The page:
Preventing Sun Damage
The bottom line is that a sunscreen with a higher SPF does offer higher protection against UVB rays, but once you get past SPF 30, protection doesn't increase dramatically, and the higher number may give you a false sense of protection. Instead of letting SPF be your only guide to sun protection, avoid a burn by following a few simple sunscreen rules.
If you don't reapply, you could end up with a sunburn like this. Ouch.
1. Know thyself: If you are whiter than a sheet of paper, if your Aunt Linda has skin cancer, or if you are sensitive to the sun because of a medication or a medical condition, take extra measures. Stay out of the sun as much as possible, wear a hat when you are out, use a broad-spectrum sunscreen with a high SPF and reapply that sunscreen often.
2. Broaden your spectrum: The SPF number indicates protection only against UVB rays -- many sunscreens, even those with a high SPF, allow UVA rays to be absorbed by the skin. UVA protection is usually indicated by a "broad-spectrum" label. Look for this to ensure the most well-rounded sun coverage.
3. Here comes the sun: To be effective, sunscreen needs to be fully absorbed into the skin, so apply it 15 to 30 minutes before you even step into the sun.
New Protection against UVA Rays
The high SPF numbers on some new sunscreens might not be that useful, but their protection against UVA rays will be. The skin absorbs UVA rays from the sun, tanning beds and sunlamps. These rays won't give you a sunburn, but they can cause long-term skin damage. You should always use a broad-spectrum sunscreen to ensure protection from both UVA and UVB rays. The latest sunscreens boast new chemicals, like Mexoryl, which has proven to be one of the most effective UVA-blockers out there.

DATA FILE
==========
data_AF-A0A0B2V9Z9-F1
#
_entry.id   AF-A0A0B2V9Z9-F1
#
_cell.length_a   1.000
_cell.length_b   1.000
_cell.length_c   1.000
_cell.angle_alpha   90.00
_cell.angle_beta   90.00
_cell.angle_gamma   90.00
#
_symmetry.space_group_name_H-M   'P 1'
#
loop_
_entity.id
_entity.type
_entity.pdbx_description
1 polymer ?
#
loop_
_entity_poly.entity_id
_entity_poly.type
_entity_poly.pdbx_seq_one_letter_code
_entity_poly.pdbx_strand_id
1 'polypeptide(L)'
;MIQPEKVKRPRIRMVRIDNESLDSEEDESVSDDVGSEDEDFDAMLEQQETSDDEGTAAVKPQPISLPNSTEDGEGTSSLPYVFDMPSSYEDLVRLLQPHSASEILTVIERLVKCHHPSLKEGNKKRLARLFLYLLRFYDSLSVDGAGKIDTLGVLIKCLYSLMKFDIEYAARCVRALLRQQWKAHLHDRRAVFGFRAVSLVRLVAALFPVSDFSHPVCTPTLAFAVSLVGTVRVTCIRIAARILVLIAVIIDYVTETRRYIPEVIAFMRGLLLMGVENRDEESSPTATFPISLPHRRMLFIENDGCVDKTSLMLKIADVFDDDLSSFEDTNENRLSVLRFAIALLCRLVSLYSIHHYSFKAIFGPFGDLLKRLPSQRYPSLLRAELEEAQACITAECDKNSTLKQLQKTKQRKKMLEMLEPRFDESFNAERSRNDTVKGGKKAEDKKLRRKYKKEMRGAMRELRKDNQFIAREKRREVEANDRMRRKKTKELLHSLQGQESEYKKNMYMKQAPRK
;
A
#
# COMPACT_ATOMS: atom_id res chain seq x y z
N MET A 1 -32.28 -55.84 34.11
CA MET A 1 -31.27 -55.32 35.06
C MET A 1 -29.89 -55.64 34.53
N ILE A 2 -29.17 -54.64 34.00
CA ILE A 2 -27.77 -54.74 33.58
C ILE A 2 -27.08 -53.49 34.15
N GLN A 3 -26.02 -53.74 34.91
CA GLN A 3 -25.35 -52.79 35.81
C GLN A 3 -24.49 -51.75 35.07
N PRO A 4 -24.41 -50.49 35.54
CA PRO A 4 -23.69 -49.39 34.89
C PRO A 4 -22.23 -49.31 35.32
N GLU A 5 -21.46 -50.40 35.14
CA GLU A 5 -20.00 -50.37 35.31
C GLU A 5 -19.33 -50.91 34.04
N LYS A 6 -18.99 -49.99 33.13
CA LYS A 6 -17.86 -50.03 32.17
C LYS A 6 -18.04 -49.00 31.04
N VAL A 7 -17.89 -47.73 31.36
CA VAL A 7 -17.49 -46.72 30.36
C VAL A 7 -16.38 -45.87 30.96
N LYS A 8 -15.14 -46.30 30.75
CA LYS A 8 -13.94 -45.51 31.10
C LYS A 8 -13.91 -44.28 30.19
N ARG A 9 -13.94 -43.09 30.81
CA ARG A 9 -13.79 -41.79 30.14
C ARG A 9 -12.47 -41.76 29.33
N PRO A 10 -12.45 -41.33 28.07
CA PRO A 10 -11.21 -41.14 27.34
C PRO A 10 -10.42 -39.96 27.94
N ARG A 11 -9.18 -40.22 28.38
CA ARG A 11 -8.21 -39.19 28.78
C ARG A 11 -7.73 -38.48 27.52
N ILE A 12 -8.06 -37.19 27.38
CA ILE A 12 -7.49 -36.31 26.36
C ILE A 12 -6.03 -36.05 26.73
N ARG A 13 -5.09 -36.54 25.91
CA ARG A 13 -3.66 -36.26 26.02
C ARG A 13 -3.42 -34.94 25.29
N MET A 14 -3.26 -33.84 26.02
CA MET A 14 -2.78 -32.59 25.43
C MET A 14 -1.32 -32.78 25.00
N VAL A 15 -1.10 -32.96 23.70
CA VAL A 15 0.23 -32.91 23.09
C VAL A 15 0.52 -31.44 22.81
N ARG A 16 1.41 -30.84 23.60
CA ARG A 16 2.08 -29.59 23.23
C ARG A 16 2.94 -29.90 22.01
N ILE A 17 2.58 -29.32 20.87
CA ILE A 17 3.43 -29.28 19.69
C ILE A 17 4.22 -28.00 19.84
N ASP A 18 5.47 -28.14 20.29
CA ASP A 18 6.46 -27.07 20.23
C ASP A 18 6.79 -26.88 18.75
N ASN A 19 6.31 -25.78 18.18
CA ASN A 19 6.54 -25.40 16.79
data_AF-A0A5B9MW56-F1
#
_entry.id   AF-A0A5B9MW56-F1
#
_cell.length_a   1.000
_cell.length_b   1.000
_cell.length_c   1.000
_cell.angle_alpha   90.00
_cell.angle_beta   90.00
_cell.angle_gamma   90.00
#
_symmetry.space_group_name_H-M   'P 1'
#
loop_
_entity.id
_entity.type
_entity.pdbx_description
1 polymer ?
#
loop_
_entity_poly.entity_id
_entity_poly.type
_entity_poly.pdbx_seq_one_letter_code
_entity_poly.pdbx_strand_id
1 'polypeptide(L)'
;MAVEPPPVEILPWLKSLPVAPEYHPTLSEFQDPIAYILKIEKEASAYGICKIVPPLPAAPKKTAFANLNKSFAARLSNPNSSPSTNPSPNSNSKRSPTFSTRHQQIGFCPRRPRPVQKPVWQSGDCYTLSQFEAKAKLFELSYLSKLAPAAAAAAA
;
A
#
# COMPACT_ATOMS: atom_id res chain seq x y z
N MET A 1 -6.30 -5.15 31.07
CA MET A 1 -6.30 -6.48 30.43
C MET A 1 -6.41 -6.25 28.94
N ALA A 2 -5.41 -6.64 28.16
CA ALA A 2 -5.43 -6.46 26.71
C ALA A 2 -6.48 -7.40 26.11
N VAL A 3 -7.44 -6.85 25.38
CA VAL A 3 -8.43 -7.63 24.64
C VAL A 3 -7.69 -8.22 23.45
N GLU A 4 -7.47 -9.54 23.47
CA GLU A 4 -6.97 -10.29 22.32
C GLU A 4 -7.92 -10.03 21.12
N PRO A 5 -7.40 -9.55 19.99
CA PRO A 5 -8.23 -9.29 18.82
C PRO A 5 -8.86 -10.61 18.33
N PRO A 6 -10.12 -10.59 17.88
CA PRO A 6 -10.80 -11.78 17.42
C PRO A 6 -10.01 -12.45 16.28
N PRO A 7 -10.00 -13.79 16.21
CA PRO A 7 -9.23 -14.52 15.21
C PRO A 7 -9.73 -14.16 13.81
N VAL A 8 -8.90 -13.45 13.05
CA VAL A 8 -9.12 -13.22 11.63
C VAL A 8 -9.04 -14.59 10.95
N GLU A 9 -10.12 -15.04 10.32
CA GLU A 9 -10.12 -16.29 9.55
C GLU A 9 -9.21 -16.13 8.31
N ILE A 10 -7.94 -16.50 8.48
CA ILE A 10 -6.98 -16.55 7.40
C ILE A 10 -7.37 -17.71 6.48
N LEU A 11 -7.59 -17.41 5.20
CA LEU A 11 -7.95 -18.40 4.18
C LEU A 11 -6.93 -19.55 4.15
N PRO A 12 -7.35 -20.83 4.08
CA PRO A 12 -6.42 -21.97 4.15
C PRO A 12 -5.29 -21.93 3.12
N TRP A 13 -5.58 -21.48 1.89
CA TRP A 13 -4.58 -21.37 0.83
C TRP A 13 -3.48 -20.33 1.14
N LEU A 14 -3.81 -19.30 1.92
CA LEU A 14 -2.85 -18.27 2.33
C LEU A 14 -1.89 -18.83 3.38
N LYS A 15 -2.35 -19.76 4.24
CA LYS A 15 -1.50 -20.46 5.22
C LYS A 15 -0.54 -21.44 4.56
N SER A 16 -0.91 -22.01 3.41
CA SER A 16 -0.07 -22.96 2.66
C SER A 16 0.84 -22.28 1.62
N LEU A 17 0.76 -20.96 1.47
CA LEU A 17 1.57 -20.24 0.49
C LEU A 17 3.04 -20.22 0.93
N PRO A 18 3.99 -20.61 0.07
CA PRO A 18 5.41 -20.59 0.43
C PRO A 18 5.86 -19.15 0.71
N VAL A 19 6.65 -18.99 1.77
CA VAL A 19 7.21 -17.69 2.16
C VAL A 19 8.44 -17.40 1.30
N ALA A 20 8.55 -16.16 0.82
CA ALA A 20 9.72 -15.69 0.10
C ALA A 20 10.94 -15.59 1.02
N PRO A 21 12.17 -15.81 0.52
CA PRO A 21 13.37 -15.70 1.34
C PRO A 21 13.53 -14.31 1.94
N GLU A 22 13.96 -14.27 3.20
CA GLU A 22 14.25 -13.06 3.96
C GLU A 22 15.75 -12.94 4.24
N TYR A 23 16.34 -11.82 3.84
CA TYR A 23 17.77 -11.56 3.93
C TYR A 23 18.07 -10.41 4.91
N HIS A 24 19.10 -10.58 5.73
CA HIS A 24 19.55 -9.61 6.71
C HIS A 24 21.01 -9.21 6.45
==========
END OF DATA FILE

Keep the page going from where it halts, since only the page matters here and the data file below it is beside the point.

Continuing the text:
4. Reapply yourself: Whether you're lying by the pool or mowing the lawn, you'll probably be exposed to sweat or water, the natural enemies of sunscreen. To be safe, reapply after you swim or sweat.
5. Full exposure: No matter how high the SPF, sunscreen can protect only the skin it covers. The most commonly missed spots are the temples, ears, back of the neck and top of the feet. If you are sometimes guilty of losing your focus while applying your lotion, try one of the sunscreens that contains disappearing colorants, so you can identify unlotioned areas before they burn to a crisp.
For more information on SPF numbers and sunscreen, check out the links on the next page.
Related HowStuffWorks Articles
- How Sunburns and Sun Tans Work
- Sunburn First Aid
- What is Sunburn?
- How to Treat Burns With Aromatherapy
- What is the UV Index and How is it Calculated?
- Melanoma and Other Skin Cancers In-Depth
Skin Wrinkles and Blemishes In-Depth
- Emedicine: Sunburn. http://www.emedicine.com/emerg/topic798.htm
- Mayo Clinic: Sunburn. http://www.mayoclinic.com/health/sunburn/DS00964